Hypnopompic hallucinations are hallucinations that occur in the morning as you’re waking up. They are very similar to hypnagogic hallucinations, or hallucinations that occur at night as you’re falling asleep. When you experience these hallucinations, you see, hear, or feel things that aren’t actually there. Sometimes these hallucinations occur alone, and other times they occur in conjunction with sleep paralysis.
For most people, hypnopompic hallucinations are considered normal and are not cause for concern. They generally don’t indicate an underlying mental or physical illness, though they may be more common in people with certain sleep disorders. Learn more about what hypnopompic hallucinations are, how they differ from other types of hallucinations, and what you should do if you experience them.
Generally, hallucinations are sensory experiences that don’t correspond to what’s happening in reality. Hallucinations may include seeing, hearing, feeling, or even smelling things that feel real but are not. Hypnopompic hallucinations, in particular, are hallucinations that occur as you are waking up in the morning and in a state that falls somewhere between dreaming and being fully awake.
Hypnopompic hallucinations are relatively common, occurring in over 12% of people. They aren’t as common as hypnagogic hallucinations, however. Hypnagogic hallucinations are similar to hypnopompic hallucinations, but they occur as you’re falling asleep. Up to 37% of people experience these nighttime hallucinations. Together, hypnagogic and hypnopompic hallucinations are referred to as hypnagogia. They both likely originate during an early, non-REM sleep stage.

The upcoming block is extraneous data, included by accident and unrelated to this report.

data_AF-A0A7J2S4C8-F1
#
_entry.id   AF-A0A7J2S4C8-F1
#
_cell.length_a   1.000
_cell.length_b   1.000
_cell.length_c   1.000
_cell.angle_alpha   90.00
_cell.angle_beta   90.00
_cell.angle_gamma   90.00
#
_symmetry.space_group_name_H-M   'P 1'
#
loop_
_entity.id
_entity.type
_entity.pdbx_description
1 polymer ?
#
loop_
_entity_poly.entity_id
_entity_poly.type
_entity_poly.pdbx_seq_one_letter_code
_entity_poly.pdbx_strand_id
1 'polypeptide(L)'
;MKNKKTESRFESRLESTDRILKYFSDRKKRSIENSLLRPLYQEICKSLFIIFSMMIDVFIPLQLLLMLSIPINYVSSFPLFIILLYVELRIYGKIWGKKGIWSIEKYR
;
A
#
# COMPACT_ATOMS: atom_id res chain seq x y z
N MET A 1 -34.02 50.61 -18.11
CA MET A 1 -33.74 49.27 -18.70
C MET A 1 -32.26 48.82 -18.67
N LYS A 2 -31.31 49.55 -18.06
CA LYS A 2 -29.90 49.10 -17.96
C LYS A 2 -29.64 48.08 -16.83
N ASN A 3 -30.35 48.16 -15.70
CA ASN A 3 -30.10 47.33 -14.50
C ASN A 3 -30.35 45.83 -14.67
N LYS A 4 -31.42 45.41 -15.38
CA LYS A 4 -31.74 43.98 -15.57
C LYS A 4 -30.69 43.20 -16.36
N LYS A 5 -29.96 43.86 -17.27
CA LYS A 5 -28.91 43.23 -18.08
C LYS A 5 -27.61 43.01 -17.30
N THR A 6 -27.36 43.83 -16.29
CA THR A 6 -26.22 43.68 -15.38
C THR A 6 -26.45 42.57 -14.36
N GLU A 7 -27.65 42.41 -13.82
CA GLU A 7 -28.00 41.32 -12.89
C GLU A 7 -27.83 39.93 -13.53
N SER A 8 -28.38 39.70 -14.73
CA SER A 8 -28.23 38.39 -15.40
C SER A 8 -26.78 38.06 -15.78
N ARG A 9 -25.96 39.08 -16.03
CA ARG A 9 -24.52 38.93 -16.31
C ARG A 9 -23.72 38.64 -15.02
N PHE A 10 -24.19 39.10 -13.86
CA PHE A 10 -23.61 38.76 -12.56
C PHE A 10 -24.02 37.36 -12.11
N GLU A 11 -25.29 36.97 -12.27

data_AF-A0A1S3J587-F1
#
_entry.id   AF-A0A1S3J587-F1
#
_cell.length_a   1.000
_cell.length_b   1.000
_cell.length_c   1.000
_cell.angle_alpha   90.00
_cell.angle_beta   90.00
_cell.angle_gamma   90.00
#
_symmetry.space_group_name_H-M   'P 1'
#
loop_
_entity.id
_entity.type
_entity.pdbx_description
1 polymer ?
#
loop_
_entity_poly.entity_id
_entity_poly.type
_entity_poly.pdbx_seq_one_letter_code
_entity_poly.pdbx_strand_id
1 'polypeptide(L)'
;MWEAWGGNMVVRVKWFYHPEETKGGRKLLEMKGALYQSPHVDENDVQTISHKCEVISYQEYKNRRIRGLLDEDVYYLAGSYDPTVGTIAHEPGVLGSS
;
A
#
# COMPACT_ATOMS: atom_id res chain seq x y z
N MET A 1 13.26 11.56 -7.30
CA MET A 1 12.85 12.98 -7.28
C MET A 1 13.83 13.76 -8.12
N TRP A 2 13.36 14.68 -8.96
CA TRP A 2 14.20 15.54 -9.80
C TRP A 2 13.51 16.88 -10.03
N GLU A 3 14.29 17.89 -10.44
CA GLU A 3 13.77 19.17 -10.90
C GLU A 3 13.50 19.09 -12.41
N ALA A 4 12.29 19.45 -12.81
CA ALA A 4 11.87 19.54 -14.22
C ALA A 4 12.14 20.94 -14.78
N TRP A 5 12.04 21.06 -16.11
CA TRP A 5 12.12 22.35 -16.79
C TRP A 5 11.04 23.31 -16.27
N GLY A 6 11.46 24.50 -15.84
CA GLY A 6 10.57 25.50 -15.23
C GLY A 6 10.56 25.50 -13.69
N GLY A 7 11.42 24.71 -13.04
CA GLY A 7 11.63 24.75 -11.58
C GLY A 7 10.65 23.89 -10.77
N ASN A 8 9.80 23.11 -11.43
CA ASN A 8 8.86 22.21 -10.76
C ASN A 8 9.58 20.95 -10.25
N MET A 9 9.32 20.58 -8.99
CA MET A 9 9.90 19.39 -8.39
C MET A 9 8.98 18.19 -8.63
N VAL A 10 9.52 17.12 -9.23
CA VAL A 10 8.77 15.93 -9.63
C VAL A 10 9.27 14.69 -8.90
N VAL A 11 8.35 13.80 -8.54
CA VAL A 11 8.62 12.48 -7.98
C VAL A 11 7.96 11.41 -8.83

If you’ve recently experienced hypnopompic hallucinations for the first time, you might wonder if they are a cause for concern. For most people, they are not. These hallucinations differ from nightmares and hallucinations associated with mental health disorders.
A variety of types of hallucinations exist, and different hallucinations result from different causes. Hypnopompic hallucinations share some similarities with hallucinations arising from mental illness, but their effect is quite different. Experiencing hypnopompic hallucinations does not suggest you have a mental health disorder.
The nature of hypnopompic hallucinations differs from hallucinations arising from mental illness. A primary difference is that hypnopompic hallucinations only occur as a person is waking up. Schizophrenic hallucinations can occur at any time, and commonly occur in the daytime while a person is fully awake. Also, 86% of hypnopompic hallucinations have a visual component, while only 30% of schizophrenic hallucinations do. Hallucinations in schizophrenia are auditory 75% of the time, while hypnopompic hallucinations are only auditory in 8% to 34% of cases.